By Brandon Scalea
Over the years, Rider athletics has had plenty of success, but has never produced a national champion. Two juniors on the wrestling team represent the best shot at glory the university has seen in years.
B.J. Clagon and Chad Walsh are the 14th and 15th All-Americans, respectively, in the history of the program. This season will be the first time the Broncs have two returning players of such status. It is also the first time Rider has three wrestlers ranked in the national top 12 in their respective weight classes. Clagon is ranked No. 11 at 157, Walsh is No. 5 at 165 and senior Ryan Wolfe is No. 8 at 197.
Clagon said the biggest aspect of being a good wrestler is living a healthy lifestyle.
“It’s all about the grind,” he said. “You have to eat right and stay focused. We all have diet plans that we stick with.”
When the season begins, Clagon said, the team will usually have an early-morning lift or workout, class and then another practice in the afternoon.
For Clagon, this hard work has already led to many achievements. At Toms River South High School, he was a four-time national champion. In the 26 years of high school national-tournament history, only two other wrestlers have accomplished that feat. Clagon’s overall record in high school was an outstanding 155-6.
His freshman year as a Bronc only boosted his résumé, as Clagon was voted Rider Male Athlete of the Year in June of 2015. During the regular season, he became the first in program history to defeat the No. 1-ranked wrestler in the nation, earning Eastern Wrestling League (EWL) Rookie of the Week honors twice.
Clagon went on to win the EWL title at 149, earning tournament MVP and an NCAA bid.
At the 2015 National Wrestling Championships in St. Louis, he became the first Rider freshman to earn All-America honors, finishing fifth in the nation. He went 6-2 in the tournament, with his two losses both coming to the defending national champion from Northwestern.
However, in his 2015-16 campaign, Clagon failed to match the greatness he achieved as a freshman. He said last season he felt as though every opponent was giving him his best shot.
“Coming into a season where you’re a returning All-American is a little difficult,” he said. “You want to be better than you were, but I didn’t do a good job of adjusting. I went into every match trying not to lose instead of going in with a winning mindset.”
Clagon still won 21 matches, giving him 51 wins for his Bronc career. He lost in the EWL final, but still nabbed an at-large NCAA bid. At the 2016 nationals at Madison Square Garden, he upset eighth-seeded Evan Henderson of North Carolina in the first round. He ultimately went 2-2 in the tournament.
Heading into his junior year, Clagon said his coaches have prepared him to be a national champion. He thinks he can get there with a lot of hard work.
“It’s all about baby steps,” he said. “Obviously, being a national champ isn’t something that’s easy to achieve. But our coaches are a big reason why we are where we are as a program. I just need to work on my moves and just keep getting better.”
While Clagon strives to be No. 1 in the nation, Walsh nearly achieved that feat last March. At 157, he was one match away from being the first Rider athlete to compete for a national championship. In the national semifinal, he came up short against third-seeded Jason Nolf of Penn State, who was 33-1 on the year.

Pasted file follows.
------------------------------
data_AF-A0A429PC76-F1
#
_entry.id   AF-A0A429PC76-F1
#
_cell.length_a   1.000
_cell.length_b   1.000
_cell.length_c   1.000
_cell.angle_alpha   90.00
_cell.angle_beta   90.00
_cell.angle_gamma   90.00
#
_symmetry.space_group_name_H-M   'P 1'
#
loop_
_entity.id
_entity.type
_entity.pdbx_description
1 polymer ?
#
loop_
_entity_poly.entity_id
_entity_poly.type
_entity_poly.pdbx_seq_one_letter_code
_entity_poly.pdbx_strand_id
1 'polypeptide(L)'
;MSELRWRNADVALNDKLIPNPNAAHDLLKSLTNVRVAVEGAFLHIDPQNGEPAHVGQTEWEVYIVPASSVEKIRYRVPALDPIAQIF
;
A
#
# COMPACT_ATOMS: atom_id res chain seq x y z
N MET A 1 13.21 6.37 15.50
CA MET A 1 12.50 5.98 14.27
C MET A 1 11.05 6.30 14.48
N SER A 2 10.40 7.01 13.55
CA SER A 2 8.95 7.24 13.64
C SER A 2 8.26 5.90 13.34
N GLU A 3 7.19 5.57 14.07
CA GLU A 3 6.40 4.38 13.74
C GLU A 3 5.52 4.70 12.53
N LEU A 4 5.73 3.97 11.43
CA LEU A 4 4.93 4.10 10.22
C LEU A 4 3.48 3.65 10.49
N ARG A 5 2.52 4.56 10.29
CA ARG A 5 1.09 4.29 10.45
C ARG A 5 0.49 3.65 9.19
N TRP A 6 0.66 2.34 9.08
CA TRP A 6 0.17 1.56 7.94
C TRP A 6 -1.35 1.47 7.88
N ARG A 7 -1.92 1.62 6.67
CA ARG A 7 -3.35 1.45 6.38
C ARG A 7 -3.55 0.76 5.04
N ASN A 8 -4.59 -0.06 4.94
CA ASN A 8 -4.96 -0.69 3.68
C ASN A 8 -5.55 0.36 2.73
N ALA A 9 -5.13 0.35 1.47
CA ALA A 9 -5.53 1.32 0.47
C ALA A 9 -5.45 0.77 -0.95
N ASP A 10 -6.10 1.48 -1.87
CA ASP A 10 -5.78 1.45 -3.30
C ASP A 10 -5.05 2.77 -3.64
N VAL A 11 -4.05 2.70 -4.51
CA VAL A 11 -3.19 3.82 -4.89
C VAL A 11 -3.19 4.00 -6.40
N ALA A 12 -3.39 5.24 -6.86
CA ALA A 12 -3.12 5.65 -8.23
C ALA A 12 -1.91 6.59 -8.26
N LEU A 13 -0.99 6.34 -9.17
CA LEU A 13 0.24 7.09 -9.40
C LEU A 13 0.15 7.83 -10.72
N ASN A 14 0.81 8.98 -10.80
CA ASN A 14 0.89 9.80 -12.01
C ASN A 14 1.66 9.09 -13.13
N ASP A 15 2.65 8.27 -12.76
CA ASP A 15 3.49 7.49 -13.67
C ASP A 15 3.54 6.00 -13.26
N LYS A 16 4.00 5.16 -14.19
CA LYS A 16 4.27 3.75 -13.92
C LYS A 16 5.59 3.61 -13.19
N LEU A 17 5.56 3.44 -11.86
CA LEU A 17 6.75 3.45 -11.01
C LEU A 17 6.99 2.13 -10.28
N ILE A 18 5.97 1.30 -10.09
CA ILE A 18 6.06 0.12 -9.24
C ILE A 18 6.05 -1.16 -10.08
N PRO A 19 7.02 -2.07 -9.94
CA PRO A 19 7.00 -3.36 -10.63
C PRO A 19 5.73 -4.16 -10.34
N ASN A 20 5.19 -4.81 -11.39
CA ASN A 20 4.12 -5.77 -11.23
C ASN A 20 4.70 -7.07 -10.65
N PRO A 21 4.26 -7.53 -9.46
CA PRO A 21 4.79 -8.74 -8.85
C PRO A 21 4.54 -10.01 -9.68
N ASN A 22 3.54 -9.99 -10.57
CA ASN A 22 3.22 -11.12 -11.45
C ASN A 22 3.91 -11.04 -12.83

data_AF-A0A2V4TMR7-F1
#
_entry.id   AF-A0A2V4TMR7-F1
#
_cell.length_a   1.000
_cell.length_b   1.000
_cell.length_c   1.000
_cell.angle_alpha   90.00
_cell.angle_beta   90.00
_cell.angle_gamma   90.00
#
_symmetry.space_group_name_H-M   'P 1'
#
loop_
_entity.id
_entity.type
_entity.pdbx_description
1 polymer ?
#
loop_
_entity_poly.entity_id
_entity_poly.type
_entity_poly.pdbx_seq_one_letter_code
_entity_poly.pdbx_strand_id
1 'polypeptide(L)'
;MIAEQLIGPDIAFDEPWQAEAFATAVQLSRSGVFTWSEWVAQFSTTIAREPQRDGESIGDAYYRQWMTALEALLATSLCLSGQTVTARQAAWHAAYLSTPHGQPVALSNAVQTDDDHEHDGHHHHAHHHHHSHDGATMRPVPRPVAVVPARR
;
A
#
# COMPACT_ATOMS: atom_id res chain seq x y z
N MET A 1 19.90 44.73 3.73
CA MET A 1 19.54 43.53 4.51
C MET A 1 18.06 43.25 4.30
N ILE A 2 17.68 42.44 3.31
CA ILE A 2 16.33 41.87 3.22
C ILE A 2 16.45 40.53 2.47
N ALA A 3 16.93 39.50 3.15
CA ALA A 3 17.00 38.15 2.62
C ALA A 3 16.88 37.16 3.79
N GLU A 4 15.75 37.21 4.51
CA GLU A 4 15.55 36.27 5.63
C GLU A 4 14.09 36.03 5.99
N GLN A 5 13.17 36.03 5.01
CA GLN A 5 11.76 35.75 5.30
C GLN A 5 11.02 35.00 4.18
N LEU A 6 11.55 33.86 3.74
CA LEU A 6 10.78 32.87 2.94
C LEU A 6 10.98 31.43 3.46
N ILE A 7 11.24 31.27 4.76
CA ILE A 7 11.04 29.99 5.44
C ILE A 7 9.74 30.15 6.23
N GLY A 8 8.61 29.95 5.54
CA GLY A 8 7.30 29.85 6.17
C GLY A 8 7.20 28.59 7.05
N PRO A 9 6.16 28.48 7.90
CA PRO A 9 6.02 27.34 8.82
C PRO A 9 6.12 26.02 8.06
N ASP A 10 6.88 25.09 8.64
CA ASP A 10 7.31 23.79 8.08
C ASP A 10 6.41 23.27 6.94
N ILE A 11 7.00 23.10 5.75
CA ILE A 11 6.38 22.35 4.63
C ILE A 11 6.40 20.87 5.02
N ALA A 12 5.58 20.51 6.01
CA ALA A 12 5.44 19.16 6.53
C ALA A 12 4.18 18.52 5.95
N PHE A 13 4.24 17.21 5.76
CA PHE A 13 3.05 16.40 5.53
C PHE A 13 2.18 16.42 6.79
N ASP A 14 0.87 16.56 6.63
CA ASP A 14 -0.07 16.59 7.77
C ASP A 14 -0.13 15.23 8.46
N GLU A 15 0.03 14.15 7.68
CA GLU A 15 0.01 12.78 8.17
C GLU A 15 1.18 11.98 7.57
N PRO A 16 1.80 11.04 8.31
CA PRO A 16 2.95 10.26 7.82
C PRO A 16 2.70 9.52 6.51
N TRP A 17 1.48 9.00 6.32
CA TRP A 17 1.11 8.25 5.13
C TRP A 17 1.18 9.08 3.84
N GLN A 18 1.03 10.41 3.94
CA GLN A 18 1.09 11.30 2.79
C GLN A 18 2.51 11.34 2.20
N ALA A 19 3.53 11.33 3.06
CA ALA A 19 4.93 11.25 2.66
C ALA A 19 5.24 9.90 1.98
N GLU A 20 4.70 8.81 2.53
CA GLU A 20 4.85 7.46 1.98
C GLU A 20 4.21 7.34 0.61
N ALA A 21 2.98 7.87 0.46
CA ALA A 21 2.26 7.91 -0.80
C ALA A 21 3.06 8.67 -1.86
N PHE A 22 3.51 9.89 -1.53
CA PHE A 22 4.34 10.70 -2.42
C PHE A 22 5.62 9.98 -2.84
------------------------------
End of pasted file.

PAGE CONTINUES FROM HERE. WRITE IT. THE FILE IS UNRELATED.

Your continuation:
Walsh acknowledged it was tough to be that close to making history, but he feels great about what he did accomplish.
“It did hurt a lot to come up just short like that,” he said. “But it’s something I always look back on and I’m proud of it. To be an All-American as a sophomore is something I worked extremely hard for.”
His sophomore season was one of the best in Rider history. He won 28 matches, going 6-0 in conference duals to move his EWL career record to 11-0. Walsh won the EWL title at 157, earning conference Wrestler of the Year honors and his second NCAA bid. The Broncs also won the conference as a team, their first title in 16 years.
At Madison Square Garden, Walsh made a Cinderella-type run. As the No. 15 seed, he upset No. 2 Thomas Gantt of North Carolina State, 11-8, in the second round. In an ESPN-televised match, he then defeated No. 7 Cody Pack in come-from-behind fashion in the quarterfinals, to officially achieve All-America status for the first time in his career.
Walsh’s next bout was a 19-4 loss to the eventual runner-up, Nolf. After a 1-1 performance in consolations, Walsh finished the year fifth in the country.
As Clagon did last year, Walsh will face the hard task of overcoming complacency. He also has the challenge of defending a title in one of college wrestling’s most competitive conferences. Walsh’s goal, like Clagon, is to be the best wrestler in the country in his weight class.
“I write in my notebook every day that I want to be a national champion,” Walsh said. “Everyday I remind myself of that. I’m training to beat the top five percent in the country. When you train big, that’s what makes the difference at the end of the season.”
Wrestlers like Clagon and Walsh are the reason why Rider is on the national radar for college wrestling. Since Head Coach Gary Taylor’s arrival 39 years ago, 107 Broncs have won individual conference titles and 169 have qualified for nationals.
Walsh alluded to 1997, Rider’s best season in program history. The team left the national tournament with three All-Americans and finished seventh in the nation.
“We’re not worried about being overshadowed by big schools like Rutgers or Penn State,” he said. “We’re worried about being the best version of our team that we can be. Our best team ever finished No. 7. This year, we want to finish in the top five.”
The 2016-17 season is set to begin Nov. 6. The tools are in place for a historic year.